Air Emissions Accounts

The term "air emissions" refers to all flows of gas and particulate matter from the economic system (production and consumption processes) into the (domestic and the rest of the world) atmosphere as part of the environment. This implies that only man-made (anthropogenic) and non-natural emissions are taken into account.

Within Air Emissions Accounts, emissions are assigned to economic activities and household consumption according to the ÖNACE classification, which is also used in national accounts.

Specific feature of Air Emissions Accounts is that only those air emissions are considered, which are caused by private households, enterprises and institutions residing in Austria, irrespective of the place where they are produced. In contrast to this, the Environment Agency Austria compiles - within the framework of international reporting obligations (UNFCCC, UNECE CLRTAP) – the Austrian Air Emission Inventory. In the Austrian Air Emission Inventory air emissions that are caused in Austria, independently of the polluters’ origin, are reported. Environment Agency Austria´s Annual Air Emission Inventory forms the basis for the Air Emissions Accounts.

The development of selected air pollutants and greenhouse gases in brief: Sulphur dioxide (SO2), nitrogen oxides (NOx), non-methane volatile organic compounds (NMVOC), methane (CH4), carbon monoxide (CO), carbon dioxide (CO2 – total, from fossil sources, from biogenic sources, from other sources), nitrous oxide (N2O), ammonia (NH3) as well as particulate matter (PM10 and PM2.5). Greenhouse gases also include hydrofluorocarbons (HFCs), perfluorocarbons (PFCs), sulfur hexafluoride (SF6) and nitrogen trifluoride (NF3).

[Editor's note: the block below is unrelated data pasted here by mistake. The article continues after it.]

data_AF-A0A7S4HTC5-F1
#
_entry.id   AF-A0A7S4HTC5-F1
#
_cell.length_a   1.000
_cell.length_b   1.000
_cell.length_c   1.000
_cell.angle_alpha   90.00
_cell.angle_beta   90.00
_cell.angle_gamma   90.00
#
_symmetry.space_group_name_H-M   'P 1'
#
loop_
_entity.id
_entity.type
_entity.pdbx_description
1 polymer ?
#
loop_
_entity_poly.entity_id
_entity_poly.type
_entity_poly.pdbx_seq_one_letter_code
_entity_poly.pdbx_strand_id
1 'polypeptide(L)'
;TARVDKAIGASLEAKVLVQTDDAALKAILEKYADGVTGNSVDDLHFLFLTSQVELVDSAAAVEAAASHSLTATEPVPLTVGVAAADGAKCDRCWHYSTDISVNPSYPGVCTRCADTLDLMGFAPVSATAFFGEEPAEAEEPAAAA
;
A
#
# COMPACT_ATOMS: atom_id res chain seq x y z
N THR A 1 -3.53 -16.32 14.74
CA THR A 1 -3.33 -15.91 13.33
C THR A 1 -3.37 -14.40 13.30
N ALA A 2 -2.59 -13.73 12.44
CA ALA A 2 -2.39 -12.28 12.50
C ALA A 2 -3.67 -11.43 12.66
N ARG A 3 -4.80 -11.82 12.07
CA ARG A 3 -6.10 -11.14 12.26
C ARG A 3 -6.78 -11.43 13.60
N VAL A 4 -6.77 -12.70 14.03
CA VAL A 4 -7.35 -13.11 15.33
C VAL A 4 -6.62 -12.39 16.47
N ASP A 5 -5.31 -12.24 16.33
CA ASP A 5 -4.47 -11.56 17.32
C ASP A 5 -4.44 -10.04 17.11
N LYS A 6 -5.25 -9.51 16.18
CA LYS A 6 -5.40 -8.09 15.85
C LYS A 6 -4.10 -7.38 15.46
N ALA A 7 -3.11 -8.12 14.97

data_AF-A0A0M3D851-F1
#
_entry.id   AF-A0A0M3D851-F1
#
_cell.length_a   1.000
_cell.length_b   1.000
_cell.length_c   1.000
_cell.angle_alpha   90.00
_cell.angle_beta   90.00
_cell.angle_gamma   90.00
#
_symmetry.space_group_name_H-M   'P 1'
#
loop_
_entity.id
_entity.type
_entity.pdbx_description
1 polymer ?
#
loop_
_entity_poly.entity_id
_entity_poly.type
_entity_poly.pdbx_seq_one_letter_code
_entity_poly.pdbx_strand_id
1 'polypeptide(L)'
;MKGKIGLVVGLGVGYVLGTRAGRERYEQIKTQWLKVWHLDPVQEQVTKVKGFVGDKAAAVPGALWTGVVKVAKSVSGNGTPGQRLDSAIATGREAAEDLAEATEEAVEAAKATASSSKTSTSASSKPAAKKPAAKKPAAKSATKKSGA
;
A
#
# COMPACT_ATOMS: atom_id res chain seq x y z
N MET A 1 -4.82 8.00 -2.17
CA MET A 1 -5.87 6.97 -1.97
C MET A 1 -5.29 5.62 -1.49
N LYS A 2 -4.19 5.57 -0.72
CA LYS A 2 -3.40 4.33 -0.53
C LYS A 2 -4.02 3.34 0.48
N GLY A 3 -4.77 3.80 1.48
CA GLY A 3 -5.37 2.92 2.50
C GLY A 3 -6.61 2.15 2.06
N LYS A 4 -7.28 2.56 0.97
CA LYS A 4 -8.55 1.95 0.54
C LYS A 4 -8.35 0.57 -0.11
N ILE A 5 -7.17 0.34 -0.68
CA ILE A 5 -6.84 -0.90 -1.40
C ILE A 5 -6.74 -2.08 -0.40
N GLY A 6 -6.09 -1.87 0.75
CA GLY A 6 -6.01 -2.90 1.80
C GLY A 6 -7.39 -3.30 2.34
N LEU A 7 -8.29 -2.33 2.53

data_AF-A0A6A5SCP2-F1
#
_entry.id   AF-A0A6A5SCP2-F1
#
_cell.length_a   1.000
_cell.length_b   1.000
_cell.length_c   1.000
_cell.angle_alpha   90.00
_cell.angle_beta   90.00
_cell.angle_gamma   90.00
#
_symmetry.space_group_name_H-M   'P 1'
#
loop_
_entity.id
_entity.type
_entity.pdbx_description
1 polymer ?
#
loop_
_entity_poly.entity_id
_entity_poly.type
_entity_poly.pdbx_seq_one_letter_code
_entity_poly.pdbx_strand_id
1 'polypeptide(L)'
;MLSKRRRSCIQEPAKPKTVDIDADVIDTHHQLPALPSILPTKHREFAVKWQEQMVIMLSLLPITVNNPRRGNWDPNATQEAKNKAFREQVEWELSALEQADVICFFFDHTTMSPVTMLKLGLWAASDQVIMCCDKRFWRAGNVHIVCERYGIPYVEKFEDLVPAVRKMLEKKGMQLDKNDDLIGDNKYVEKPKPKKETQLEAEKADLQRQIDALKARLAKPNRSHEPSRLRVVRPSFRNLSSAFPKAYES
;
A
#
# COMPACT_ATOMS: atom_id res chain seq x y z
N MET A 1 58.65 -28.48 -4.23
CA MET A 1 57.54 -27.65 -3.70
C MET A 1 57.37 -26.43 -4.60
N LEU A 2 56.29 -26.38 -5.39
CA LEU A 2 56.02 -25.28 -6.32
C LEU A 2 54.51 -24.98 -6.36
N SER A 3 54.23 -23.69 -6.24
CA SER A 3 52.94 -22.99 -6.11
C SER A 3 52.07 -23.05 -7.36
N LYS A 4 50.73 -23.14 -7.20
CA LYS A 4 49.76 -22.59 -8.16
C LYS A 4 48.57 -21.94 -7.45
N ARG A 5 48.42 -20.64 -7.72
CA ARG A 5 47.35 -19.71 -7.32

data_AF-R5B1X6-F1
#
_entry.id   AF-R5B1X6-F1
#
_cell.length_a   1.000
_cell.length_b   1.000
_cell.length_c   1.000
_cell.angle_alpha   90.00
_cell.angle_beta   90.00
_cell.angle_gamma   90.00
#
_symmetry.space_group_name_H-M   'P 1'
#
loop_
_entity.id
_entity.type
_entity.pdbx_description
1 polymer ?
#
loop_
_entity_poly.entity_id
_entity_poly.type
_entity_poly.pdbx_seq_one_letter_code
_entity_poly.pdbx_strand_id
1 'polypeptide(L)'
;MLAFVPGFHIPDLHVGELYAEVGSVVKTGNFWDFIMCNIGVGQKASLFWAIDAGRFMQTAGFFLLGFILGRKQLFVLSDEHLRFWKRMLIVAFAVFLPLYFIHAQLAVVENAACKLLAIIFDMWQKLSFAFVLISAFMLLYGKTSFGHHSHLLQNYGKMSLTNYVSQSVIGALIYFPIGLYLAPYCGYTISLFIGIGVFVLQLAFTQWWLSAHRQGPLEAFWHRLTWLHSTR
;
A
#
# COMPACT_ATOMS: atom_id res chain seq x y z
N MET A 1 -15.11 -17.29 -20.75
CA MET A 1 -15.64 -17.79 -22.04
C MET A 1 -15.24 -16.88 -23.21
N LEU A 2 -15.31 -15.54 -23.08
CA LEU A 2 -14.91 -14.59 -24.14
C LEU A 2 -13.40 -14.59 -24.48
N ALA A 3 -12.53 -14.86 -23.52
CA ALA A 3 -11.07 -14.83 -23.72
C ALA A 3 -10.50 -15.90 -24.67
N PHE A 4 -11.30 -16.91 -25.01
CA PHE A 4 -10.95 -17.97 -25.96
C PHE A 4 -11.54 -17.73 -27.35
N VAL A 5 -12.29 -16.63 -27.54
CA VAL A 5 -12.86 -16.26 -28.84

In many cases air emissions were reduced considerably between 1995 and 2017. The biggest losses were achieved for SO2 (-70.2%), SF6 and NF6 (-62.9%) as well as NMVOC (-48.3%). But also the emissions of PFC (-47.1%), CO (-41.1%), CH4 (-30.7%), NOx (-22,7%), N2O (-19%), and the much debated particulate matter - represented by PM2.5 (-33.2%) and PM10 (-25.0%)- could be reduced considerably. An increase has been registered in the case of climate relevant CO2 emissions from other sources (+34.2%) and HFC (+388.%). In total there was a slight decrease in CO2 emissions due to the declining CO2 emissions from fossil fuel combustion. Between 1995 and 2017 biogenic CO2 emissions increased by 93.0%.

Air Emission Account 1995 - 2017 - Results (overview)
Air Emission Account 2008 - 2017 - Results for economic branches and private households
Air Emission Account 1995 - 2007 - Results for economic branches and private households

Integrated NAMEA 1995 - 2016 -  Development of air emissions and gross value added of the Austrian Economy
Integrated NAMEA 1995 - 2016 -  Development of air emissions and energy consumption of private households


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